Enough with the conspiracy theories, says one author: Shakespeare really was Shakespeare
Despite theories like those in the new movie 'Anonymous' that William Shakespeare was someone else entirely, drama professor Scott McCrea says conspiracy theories surrounding the playwright are all false.
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He's one of the few playwrights who had his name on plays during his lifetime, but he was not a household name. If you didn't go to the theater, you would never have heard of William Shakespeare.Skip to next paragraph
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It was really only after the publications of his work after his death that people started reading him, looking at how wonderful these plays were.
Q: What do you think is the best argument that Shakespeare wasn't actually Shakespeare?
A: In 1599, Shakespeare writes a poem. He's 34, but he refers to himself as old compared to his mistress. That's the only real discrepancy. But it was a poetic device, and it was different to be 34 in 1599, when life expectancy was shorter.
Q: Or he just may have had a much younger mistress and felt old for that reason. I know I would have if that happened to me at 34. But moving on! Why do you think smart people believe these outlandish conspiracy theories?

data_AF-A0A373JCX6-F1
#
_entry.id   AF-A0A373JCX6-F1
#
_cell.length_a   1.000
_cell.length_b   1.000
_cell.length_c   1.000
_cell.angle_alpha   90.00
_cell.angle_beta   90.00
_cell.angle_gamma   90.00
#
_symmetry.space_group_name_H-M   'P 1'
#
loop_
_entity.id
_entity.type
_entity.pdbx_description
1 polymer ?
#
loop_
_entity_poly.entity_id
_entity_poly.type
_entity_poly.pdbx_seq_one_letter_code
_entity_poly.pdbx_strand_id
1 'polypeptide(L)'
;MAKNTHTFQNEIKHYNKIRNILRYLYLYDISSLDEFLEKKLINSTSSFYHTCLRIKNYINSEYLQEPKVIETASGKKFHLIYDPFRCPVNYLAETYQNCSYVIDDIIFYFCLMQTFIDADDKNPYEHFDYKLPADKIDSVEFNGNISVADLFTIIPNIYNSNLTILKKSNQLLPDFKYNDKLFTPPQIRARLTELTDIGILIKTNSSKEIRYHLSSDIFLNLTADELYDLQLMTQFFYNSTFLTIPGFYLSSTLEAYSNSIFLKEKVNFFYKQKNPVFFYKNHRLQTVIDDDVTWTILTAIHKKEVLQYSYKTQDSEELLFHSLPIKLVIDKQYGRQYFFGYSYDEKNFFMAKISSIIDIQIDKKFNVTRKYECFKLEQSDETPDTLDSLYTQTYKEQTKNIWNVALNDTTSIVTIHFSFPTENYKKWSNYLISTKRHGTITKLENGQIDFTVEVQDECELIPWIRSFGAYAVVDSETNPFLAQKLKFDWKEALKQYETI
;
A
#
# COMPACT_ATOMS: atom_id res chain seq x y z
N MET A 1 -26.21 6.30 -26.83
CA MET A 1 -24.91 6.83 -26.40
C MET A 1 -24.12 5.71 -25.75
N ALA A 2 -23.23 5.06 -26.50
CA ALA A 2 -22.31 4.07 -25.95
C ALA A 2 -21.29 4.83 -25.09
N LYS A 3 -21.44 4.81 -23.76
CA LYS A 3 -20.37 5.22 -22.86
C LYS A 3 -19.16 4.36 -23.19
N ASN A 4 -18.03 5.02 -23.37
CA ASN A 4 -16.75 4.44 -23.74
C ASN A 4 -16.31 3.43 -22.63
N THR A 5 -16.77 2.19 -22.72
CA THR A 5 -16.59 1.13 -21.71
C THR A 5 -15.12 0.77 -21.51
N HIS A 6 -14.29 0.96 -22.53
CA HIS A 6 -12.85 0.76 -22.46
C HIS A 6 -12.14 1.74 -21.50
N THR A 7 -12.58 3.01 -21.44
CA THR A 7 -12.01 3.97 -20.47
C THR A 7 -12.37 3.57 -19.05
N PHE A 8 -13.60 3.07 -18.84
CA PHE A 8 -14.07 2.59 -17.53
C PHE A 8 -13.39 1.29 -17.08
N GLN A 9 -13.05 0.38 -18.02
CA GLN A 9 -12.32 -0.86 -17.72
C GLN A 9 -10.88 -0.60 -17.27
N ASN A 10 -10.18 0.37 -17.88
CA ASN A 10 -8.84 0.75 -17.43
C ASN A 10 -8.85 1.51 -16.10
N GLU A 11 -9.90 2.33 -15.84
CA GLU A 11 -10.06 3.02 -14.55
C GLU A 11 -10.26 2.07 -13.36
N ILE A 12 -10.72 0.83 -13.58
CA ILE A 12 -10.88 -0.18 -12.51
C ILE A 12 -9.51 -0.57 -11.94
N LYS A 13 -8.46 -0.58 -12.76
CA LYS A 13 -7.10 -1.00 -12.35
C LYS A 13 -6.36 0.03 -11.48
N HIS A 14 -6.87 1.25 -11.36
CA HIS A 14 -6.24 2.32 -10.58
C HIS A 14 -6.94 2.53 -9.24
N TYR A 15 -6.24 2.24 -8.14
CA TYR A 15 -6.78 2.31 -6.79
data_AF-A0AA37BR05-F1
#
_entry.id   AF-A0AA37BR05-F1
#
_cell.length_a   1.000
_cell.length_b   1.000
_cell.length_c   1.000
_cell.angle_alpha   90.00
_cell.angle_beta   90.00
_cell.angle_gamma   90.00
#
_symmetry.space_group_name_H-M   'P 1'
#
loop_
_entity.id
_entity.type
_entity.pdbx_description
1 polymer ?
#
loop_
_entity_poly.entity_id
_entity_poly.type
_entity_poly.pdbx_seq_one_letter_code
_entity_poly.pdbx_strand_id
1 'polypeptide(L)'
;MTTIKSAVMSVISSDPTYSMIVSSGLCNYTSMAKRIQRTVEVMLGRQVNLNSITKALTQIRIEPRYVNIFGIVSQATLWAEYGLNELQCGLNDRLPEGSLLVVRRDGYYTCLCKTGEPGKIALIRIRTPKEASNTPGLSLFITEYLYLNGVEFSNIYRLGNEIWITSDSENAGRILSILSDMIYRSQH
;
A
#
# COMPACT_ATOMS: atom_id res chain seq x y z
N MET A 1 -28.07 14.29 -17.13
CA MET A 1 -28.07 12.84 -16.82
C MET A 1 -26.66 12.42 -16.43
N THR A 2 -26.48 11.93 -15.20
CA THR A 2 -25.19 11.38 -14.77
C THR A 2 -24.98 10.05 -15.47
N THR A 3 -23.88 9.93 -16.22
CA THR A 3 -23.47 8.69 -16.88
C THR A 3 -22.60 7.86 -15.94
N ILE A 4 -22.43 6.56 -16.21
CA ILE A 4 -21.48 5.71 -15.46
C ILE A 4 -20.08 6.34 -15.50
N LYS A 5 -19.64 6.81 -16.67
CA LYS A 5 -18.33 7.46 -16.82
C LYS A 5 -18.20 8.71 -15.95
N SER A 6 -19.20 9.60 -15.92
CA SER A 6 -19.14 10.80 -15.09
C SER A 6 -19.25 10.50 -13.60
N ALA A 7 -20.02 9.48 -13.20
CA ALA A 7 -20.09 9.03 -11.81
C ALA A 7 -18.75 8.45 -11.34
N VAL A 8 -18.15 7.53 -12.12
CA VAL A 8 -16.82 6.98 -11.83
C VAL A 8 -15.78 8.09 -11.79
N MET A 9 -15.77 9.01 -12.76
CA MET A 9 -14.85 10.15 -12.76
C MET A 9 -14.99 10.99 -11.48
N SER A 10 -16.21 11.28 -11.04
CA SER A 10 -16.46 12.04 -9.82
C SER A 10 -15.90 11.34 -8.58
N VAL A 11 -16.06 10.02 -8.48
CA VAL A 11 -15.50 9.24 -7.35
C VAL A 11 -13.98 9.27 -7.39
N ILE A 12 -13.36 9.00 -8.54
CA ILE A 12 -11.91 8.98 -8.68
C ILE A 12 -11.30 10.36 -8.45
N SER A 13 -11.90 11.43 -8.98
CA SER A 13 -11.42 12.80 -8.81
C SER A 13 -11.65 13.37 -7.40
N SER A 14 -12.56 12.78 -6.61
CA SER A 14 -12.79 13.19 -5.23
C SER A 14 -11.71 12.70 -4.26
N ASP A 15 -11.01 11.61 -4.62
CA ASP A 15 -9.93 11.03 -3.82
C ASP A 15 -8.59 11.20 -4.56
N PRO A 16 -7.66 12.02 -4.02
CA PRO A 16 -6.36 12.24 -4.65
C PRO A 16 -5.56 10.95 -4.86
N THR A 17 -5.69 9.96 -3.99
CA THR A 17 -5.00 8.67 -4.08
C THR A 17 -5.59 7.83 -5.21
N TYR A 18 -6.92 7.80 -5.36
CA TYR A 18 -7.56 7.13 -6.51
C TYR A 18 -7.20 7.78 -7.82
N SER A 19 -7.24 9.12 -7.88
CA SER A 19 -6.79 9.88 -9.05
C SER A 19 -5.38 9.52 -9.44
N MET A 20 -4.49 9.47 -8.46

A: Part of it is an unawareness of that time. They don't read other writers of the Elizabethan period, and they don't understand that we don't know a lot about any of the writers of the time.
They don't understand that Shakespeare used sources. The plots of his plays don't come from personal experience, even though he seems to be able to get inside the heads of dukes, earls and kings.
It's a failure of imagination and a failure of knowledge.
Q: A lack of imagination about his imagination?
A: That is really at the root of the authorship question and all of the conspiracy theories.
Q: This is all very interesting, but why does this matter who Shakespeare was?
A: It's reductive when you read the plays, and you think they're merely disguised political history, works of allegory rather than works of art. It alters what the plays are actually about.
Q. What do you think is really going on in the minds of the skeptics?
A: It's a bit of envy. I think of Pericles' funeral oration: "For men can endure to hear others praised only so long as they can severally persuade themselves of their own ability to equal the actions recounted: when this point is passed, envy comes in and with it incredulity."
Men can endure others to be praised as long as they can persuade themselves of their own ability. Then envy comes in and incredulity: if this ordinary guy can do it, I should be able to do it. But if I can't do it, then he must not have been able to do it.
Randy Dotinga is a regular contributor to the Monitor’s books section.